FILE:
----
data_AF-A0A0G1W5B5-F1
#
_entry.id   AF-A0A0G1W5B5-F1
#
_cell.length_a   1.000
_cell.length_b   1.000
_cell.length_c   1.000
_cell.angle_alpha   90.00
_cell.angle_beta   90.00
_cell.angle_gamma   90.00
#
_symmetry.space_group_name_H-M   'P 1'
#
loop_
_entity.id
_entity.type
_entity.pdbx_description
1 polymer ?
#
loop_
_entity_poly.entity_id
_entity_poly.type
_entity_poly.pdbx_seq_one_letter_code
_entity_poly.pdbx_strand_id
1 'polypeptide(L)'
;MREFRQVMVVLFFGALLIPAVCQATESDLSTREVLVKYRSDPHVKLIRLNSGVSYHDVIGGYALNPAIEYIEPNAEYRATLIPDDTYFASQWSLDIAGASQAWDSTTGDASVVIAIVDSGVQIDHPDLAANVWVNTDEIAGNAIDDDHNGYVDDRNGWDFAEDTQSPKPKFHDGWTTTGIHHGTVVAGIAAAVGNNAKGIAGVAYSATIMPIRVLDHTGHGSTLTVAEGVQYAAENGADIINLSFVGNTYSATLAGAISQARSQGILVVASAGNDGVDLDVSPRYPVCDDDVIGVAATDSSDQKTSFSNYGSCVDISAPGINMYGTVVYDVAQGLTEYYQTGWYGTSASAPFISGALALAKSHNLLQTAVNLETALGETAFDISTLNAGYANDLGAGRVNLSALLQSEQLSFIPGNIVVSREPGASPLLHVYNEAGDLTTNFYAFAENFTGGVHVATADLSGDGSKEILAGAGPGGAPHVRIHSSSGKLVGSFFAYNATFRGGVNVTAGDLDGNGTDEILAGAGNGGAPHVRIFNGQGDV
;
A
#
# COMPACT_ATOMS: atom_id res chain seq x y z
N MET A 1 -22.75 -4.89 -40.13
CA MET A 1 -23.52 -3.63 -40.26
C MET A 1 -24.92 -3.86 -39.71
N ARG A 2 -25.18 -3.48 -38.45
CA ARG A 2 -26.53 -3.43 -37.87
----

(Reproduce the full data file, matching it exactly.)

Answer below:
data_AF-A0A0G1W5B5-F1
#
_entry.id   AF-A0A0G1W5B5-F1
#
_cell.length_a   1.000
_cell.length_b   1.000
_cell.length_c   1.000
_cell.angle_alpha   90.00
_cell.angle_beta   90.00
_cell.angle_gamma   90.00
#
_symmetry.space_group_name_H-M   'P 1'
#
loop_
_entity.id
_entity.type
_entity.pdbx_description
1 polymer ?
#
loop_
_entity_poly.entity_id
_entity_poly.type
_entity_poly.pdbx_seq_one_letter_code
_entity_poly.pdbx_strand_id
1 'polypeptide(L)'
;MREFRQVMVVLFFGALLIPAVCQATESDLSTREVLVKYRSDPHVKLIRLNSGVSYHDVIGGYALNPAIEYIEPNAEYRATLIPDDTYFASQWSLDIAGASQAWDSTTGDASVVIAIVDSGVQIDHPDLAANVWVNTDEIAGNAIDDDHNGYVDDRNGWDFAEDTQSPKPKFHDGWTTTGIHHGTVVAGIAAAVGNNAKGIAGVAYSATIMPIRVLDHTGHGSTLTVAEGVQYAAENGADIINLSFVGNTYSATLAGAISQARSQGILVVASAGNDGVDLDVSPRYPVCDDDVIGVAATDSSDQKTSFSNYGSCVDISAPGINMYGTVVYDVAQGLTEYYQTGWYGTSASAPFISGALALAKSHNLLQTAVNLETALGETAFDISTLNAGYANDLGAGRVNLSALLQSEQLSFIPGNIVVSREPGASPLLHVYNEAGDLTTNFYAFAENFTGGVHVATADLSGDGSKEILAGAGPGGAPHVRIHSSSGKLVGSFFAYNATFRGGVNVTAGDLDGNGTDEILAGAGNGGAPHVRIFNGQGDV
;
A
#
# COMPACT_ATOMS: atom_id res chain seq x y z
N MET A 1 -22.75 -4.89 -40.13
CA MET A 1 -23.52 -3.63 -40.26
C MET A 1 -24.92 -3.86 -39.71
N ARG A 2 -25.18 -3.48 -38.45
CA ARG A 2 -26.53 -3.43 -37.87